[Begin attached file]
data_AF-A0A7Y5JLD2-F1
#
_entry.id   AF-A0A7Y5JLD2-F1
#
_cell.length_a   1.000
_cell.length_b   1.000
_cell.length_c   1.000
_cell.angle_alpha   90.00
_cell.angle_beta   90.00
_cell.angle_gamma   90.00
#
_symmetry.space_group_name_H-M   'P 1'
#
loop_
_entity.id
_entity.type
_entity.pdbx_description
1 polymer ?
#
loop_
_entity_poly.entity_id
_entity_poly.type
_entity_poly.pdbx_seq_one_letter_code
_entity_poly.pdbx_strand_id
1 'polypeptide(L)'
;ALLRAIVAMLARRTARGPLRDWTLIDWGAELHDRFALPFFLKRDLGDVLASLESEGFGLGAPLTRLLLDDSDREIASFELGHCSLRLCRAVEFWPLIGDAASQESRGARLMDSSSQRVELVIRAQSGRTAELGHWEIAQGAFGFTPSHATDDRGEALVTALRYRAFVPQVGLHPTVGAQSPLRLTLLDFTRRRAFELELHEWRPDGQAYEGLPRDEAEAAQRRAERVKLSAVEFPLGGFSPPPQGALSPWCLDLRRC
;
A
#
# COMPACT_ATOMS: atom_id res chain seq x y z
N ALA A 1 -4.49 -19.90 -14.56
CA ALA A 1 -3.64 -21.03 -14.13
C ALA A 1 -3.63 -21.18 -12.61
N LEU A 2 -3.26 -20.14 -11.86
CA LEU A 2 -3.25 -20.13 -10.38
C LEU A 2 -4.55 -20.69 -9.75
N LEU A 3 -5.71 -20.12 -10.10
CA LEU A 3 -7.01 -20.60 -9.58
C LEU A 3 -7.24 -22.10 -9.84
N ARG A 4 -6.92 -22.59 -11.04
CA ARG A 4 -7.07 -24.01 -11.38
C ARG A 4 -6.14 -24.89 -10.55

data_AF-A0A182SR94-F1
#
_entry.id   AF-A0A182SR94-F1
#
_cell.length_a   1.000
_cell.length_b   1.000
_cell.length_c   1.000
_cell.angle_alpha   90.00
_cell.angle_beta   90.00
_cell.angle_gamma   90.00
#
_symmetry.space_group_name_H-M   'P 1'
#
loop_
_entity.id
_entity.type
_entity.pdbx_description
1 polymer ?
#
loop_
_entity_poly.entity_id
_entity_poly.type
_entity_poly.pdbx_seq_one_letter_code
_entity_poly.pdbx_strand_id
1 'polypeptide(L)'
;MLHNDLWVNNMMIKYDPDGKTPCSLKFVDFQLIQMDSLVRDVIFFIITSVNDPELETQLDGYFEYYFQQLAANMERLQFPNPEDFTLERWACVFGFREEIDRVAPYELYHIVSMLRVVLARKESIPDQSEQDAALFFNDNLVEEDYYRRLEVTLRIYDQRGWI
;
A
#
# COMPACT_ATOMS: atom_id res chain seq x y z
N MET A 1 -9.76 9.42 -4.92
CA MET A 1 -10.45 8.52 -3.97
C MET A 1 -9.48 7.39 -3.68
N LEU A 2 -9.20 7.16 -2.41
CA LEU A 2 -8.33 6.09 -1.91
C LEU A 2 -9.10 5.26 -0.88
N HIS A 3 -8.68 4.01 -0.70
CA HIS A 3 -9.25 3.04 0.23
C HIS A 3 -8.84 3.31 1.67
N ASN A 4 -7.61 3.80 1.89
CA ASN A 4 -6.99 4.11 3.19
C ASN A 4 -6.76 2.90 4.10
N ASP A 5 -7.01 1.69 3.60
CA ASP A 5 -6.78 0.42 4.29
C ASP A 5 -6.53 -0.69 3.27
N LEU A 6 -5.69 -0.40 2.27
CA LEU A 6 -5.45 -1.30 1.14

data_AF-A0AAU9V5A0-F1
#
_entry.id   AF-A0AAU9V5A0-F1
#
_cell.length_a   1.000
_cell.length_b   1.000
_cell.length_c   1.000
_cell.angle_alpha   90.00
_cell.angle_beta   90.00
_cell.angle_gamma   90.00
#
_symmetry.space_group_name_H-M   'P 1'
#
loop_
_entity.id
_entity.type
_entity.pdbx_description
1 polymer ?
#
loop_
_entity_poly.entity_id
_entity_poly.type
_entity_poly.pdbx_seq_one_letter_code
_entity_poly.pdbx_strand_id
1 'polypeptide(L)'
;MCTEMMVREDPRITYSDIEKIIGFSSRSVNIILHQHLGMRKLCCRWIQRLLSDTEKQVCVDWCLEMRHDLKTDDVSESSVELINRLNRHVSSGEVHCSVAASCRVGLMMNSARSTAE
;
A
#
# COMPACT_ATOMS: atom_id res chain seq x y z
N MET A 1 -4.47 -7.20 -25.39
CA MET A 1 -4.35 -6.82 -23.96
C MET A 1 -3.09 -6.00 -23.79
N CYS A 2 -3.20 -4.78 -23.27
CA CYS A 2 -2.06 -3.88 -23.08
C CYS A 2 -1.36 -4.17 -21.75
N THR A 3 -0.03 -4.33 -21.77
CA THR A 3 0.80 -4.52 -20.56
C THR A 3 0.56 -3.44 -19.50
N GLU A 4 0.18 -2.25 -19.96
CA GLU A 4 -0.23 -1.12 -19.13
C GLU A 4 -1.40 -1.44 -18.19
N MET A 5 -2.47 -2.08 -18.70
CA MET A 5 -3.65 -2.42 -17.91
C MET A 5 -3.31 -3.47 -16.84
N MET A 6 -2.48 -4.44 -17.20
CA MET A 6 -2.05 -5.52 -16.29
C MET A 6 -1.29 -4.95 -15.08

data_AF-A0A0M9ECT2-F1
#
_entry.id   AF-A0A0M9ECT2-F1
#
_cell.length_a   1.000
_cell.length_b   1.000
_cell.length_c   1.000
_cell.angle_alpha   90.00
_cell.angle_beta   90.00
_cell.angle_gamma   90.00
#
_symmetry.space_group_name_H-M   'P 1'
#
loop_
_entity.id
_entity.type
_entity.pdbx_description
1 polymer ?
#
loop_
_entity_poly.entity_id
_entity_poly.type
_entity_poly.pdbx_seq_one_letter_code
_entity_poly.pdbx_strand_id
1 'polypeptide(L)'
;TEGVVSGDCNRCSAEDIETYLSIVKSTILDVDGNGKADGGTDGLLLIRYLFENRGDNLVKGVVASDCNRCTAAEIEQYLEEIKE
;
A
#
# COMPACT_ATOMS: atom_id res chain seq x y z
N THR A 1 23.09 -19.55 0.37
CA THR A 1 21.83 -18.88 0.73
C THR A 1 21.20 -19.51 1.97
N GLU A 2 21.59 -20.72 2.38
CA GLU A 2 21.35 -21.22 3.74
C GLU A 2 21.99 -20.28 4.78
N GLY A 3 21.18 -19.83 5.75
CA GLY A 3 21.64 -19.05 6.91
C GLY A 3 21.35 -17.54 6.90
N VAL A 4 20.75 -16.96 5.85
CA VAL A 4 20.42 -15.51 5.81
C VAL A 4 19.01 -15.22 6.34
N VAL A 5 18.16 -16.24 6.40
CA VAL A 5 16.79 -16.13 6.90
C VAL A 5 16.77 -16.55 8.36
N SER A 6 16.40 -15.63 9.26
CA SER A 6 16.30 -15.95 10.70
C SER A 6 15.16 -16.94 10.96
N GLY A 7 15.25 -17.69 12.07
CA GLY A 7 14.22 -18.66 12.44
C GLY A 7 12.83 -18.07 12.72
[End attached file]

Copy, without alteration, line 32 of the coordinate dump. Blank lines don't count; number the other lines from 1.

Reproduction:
CA ALA A 1 -3.64 -21.03 -14.13